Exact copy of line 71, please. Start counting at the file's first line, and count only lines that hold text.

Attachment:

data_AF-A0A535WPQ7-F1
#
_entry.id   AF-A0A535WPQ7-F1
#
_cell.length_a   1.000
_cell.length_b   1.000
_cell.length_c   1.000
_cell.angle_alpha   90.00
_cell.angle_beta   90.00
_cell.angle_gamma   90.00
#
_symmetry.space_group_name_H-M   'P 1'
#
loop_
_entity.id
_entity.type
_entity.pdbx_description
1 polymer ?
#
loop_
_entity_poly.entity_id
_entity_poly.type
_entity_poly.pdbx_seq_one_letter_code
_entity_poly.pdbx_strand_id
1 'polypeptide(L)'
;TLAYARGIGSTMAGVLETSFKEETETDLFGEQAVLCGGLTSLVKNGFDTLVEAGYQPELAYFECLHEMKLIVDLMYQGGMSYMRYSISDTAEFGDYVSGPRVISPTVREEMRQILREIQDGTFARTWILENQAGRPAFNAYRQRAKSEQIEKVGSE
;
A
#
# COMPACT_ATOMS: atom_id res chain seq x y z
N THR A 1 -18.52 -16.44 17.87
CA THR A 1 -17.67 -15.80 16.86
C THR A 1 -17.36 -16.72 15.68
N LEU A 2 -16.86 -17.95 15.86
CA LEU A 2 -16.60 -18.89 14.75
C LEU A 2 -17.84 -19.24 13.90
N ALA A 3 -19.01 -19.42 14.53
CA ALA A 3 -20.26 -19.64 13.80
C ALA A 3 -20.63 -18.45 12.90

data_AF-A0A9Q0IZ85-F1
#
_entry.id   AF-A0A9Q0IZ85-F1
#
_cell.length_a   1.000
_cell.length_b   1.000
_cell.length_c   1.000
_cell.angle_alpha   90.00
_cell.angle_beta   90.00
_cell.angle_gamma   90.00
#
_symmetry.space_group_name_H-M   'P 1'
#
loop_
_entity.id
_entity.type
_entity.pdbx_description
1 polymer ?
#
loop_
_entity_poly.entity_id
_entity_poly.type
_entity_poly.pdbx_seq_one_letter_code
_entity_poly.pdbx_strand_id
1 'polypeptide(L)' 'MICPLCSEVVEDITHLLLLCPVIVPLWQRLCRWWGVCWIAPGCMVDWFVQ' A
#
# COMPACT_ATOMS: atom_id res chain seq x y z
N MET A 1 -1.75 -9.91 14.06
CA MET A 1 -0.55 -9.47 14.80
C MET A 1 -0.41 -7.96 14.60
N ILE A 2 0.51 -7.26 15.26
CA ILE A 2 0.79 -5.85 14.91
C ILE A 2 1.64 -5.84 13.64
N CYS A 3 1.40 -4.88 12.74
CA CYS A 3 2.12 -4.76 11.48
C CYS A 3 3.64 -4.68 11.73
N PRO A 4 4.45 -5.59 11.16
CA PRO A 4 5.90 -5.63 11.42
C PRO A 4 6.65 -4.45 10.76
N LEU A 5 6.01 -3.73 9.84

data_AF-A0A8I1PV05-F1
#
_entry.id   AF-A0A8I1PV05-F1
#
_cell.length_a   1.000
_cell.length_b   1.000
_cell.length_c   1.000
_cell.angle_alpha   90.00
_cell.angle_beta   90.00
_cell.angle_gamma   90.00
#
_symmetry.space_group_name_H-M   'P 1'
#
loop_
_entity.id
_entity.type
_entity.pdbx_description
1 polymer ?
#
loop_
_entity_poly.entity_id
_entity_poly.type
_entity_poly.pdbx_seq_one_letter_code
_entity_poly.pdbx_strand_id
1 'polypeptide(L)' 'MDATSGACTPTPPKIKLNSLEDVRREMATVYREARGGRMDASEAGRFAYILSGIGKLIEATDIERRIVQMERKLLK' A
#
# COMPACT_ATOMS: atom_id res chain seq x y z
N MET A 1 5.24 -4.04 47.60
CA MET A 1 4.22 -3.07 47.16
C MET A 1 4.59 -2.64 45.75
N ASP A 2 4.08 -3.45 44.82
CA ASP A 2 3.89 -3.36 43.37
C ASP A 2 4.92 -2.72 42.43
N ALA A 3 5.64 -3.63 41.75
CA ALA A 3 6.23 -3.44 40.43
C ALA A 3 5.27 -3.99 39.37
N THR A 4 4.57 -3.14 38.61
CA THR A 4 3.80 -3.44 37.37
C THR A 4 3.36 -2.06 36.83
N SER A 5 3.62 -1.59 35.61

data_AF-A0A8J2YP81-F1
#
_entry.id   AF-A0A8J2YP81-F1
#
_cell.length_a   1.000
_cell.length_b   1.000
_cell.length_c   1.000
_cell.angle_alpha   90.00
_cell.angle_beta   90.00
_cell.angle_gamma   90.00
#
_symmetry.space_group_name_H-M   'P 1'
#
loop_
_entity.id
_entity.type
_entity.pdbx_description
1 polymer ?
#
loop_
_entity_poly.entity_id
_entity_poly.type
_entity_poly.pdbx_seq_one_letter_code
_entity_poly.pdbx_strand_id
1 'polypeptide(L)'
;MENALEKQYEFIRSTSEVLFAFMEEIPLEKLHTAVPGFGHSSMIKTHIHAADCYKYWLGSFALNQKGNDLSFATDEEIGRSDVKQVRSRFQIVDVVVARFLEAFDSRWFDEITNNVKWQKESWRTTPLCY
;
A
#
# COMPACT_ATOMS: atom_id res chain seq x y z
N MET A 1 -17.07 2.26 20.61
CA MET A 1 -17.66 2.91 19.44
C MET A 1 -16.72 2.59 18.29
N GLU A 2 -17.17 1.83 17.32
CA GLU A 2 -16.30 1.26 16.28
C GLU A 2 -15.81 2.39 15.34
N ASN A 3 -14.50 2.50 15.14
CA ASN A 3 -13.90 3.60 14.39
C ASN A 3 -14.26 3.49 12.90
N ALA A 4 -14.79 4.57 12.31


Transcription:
CA ILE A 2 0.79 -5.85 14.91